R&D tax reliefs – are poorly prepared claims tipping the balance from reward to risk?
During the last 6 months there have been a number of developments which affect the preparation of R&D claims and how companies should view their claims.
Over the next four days, the leader of our R&D Tax Reliefs team, Hollie Thompson, will cover these in more detail. Hollie’s blogs are linked at the bottom of this article.
Put simply, R&D claims are a key measure for rewarding innovation in science or technology by UK companies. However, due to the entry into the R&D tax relief claims market of a range of claims advisers who have a more aggressive approach to claims, the National Audit Office now view “poor quality R&D claims” as being the fastest increasing area of tax risk to the Exchequer.
The National Audit Office have made a series of recommendations to HMRC in relation to improving the quality control for R&D claims. As a consequence, we would recommend companies make sure that they are not caught out if HMRC increase their scrutiny of R&D claims as the Treasury seeks to recover some of the sums which have been provided to businesses during COVID-19.
In a series of articles this week, Hollie Thompson will discuss the following four areas where themes around R&D claims have changed in the last six months:
|What has changed?||Who does it impact?||What is the takeaway point?|
|HMRC recently won a tax tribunal which overturned an entire R&D claim in a software business because they didn’t think the claim proved any advance in science or technology.||Any company making a R&D claim.||HMRC are able to expect the R&D claim to be able to evidence what has been considered in terms of the “’state of the art’. The case shows who a tax tribunal really expect to be able to put forward the case regarding what the R&D actually did to advance science or technology (hint – they didn’t want to hear from the tax adviser at the R&D claims boutique).|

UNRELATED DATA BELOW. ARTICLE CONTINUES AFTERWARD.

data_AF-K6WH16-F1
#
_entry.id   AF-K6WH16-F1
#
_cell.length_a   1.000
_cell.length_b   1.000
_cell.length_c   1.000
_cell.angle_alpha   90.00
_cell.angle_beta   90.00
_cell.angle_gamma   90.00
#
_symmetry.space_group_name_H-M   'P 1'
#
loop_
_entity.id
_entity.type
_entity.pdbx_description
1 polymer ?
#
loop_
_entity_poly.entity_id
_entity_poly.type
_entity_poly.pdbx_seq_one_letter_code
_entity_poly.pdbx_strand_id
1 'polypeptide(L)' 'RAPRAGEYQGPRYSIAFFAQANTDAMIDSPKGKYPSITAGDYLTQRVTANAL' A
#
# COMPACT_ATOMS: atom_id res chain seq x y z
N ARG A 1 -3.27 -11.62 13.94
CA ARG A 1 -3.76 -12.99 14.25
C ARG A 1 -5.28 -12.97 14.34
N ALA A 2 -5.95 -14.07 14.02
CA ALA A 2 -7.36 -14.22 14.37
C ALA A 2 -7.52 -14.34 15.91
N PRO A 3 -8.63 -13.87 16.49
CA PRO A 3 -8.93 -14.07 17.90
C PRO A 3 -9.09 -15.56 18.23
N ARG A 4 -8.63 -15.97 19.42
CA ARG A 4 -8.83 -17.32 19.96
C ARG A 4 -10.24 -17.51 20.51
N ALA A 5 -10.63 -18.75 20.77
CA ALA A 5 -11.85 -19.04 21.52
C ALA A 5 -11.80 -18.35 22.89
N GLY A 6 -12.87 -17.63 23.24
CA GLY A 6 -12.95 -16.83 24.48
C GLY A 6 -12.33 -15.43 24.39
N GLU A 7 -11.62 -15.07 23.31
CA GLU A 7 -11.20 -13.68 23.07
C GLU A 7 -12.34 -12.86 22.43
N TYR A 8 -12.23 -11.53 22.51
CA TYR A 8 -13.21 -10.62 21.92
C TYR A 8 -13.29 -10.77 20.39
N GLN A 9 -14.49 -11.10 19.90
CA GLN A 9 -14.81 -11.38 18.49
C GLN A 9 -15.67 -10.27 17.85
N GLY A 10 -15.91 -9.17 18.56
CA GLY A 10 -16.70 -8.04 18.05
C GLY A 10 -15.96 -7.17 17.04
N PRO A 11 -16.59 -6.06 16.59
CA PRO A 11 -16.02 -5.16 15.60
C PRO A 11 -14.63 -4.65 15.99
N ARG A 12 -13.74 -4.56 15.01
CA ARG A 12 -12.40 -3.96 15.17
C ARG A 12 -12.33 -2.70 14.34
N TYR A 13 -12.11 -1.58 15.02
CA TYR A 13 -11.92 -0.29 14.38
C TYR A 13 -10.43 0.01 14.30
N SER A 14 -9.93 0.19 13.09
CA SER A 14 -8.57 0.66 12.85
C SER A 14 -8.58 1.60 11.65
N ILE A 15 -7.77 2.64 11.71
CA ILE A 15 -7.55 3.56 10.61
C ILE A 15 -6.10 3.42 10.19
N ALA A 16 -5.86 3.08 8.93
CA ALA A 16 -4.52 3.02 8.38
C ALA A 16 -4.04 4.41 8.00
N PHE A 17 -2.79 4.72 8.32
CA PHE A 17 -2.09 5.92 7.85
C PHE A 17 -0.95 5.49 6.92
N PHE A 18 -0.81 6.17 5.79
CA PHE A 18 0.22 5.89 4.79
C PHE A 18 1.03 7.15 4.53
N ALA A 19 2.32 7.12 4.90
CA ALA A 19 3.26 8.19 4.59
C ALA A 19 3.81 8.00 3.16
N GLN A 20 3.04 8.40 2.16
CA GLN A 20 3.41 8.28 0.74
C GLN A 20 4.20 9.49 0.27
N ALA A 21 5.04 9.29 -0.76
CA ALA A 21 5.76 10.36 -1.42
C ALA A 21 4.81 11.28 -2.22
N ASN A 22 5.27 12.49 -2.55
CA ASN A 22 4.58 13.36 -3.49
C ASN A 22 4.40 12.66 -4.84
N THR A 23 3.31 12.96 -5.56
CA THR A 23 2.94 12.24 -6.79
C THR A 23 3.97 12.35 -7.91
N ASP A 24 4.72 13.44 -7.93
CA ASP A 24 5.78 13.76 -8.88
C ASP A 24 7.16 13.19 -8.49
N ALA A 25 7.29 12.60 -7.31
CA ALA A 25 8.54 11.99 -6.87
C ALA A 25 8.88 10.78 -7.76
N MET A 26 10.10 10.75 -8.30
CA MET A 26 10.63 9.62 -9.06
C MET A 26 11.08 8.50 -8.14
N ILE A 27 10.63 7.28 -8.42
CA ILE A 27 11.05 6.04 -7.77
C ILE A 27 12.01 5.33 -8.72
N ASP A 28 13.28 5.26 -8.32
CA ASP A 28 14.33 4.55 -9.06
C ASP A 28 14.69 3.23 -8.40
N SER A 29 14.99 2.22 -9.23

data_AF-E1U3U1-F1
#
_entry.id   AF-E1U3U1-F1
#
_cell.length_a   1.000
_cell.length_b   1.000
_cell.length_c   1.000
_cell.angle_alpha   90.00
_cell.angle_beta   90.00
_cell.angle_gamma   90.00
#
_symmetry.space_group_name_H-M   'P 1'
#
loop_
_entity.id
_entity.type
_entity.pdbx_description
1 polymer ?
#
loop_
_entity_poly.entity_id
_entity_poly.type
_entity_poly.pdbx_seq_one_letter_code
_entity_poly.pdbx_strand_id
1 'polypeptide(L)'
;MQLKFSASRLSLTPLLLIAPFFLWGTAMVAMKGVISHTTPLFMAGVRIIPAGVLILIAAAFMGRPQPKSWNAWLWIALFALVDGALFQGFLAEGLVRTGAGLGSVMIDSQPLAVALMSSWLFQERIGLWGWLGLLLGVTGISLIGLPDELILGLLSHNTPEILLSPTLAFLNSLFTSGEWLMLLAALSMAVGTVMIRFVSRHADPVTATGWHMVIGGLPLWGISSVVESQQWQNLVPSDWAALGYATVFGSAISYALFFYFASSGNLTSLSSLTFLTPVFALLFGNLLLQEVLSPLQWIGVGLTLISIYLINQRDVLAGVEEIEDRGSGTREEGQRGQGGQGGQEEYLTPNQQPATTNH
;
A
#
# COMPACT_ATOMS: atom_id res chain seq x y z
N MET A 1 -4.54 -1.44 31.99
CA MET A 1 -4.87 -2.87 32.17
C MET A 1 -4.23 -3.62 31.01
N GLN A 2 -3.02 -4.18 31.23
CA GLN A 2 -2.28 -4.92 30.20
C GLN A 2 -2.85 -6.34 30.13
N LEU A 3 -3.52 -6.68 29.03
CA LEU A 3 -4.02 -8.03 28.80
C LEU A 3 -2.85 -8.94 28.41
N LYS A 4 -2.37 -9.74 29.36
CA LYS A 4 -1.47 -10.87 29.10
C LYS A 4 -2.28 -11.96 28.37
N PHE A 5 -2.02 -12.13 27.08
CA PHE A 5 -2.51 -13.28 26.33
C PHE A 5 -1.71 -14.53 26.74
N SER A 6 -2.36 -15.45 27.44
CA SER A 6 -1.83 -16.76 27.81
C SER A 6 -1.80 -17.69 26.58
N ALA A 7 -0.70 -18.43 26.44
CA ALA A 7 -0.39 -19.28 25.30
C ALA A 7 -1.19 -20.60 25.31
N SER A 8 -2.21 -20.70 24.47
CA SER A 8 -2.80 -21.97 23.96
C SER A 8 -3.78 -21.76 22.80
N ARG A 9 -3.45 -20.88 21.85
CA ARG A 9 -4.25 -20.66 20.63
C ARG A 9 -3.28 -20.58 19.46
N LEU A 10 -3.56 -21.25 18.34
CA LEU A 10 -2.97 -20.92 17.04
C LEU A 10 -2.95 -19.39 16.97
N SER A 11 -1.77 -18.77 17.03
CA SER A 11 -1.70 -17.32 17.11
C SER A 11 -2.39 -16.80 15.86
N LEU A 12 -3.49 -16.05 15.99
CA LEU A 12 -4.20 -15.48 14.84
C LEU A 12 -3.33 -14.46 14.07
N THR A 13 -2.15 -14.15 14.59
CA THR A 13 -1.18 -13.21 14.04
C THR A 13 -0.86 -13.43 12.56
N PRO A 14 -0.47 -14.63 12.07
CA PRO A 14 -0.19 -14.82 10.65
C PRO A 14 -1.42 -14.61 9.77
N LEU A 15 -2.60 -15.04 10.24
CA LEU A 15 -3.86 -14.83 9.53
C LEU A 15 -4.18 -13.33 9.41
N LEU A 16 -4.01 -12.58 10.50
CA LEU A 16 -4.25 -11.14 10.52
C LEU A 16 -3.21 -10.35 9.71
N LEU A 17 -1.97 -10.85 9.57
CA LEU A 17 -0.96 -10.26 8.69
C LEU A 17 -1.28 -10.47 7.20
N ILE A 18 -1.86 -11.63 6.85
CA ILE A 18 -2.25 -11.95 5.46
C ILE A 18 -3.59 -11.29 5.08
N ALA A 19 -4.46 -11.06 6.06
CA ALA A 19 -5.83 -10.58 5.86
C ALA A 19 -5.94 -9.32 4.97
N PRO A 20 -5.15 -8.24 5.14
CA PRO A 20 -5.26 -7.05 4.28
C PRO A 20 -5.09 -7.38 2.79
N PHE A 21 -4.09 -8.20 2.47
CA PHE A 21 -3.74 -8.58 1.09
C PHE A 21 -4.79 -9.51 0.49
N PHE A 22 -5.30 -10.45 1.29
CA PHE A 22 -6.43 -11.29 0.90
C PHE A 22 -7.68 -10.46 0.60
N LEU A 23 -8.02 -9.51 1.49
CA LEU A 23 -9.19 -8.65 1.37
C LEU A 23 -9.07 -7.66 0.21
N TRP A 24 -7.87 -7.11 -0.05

|The ICAEW and CIOT have deemed R&D claims to be “accountancy services” for anti money laundering regulation purposes and have introduced special rules for R&D claims under Professional Conduct in Relation to Taxation (“PCRT”).||Any company making a R&D claim.||As part of any engagement process – you should check that your R&D claims adviser is regulated by HMRC for anti money laundering purposes and is governed by PCRT. By checking both are in place, you have more comfort that appropriate quality control is being applied.|
|The COVID-19 measures provided by the Government impact upon R&D claims.||Any company making a R&D claim and receiving R&D tax reliefs or credits.||Some of the COVID-19 support measures will simply reduce your claim as the costs you can claim will be reduced. Others can be classified as state aid and so can change the rate of a claim. Do you know which measures you have claimed and the impact on your R&D claims?|
|The Government is proposing to add certain software related costs to qualifying expenditure.||Companies whose R&D includes cloud, data or other software costs.||An ongoing consultation process could enable you to help ensure that costs you incur on cloud or data costs are able to be claimed where they are part of a R&D project. HMRC want businesses to provide feedback on their proposed changes.|
There is a clear move by the NAO, the judiciary and also the accountancy industry to ensure that quality control for R&D claims is improved. R&D claims are a key measure to support businesses at the current time and the support should be received by the businesses that have invested in what is accurately classified to be R&D.
Companies who are making R&D claims should ensure that their R&D claims meet the level of evidence which the recent tax case has set down as being required to be met, and should work with PCRT regulated advisers who can help them achieve high quality R&D claims.
R&D blog series from Hollie Thompson
Episode 1 – Not all R&D is qualifying R&D
Episode 2 – Why use an accountant for your R&D claims?
Episode 3 – The impact of the Coronavirus Job Retention Scheme on R&D
Episode 4 – Consultation on data and cloud computing – qualifying expenditures for R&D tax credits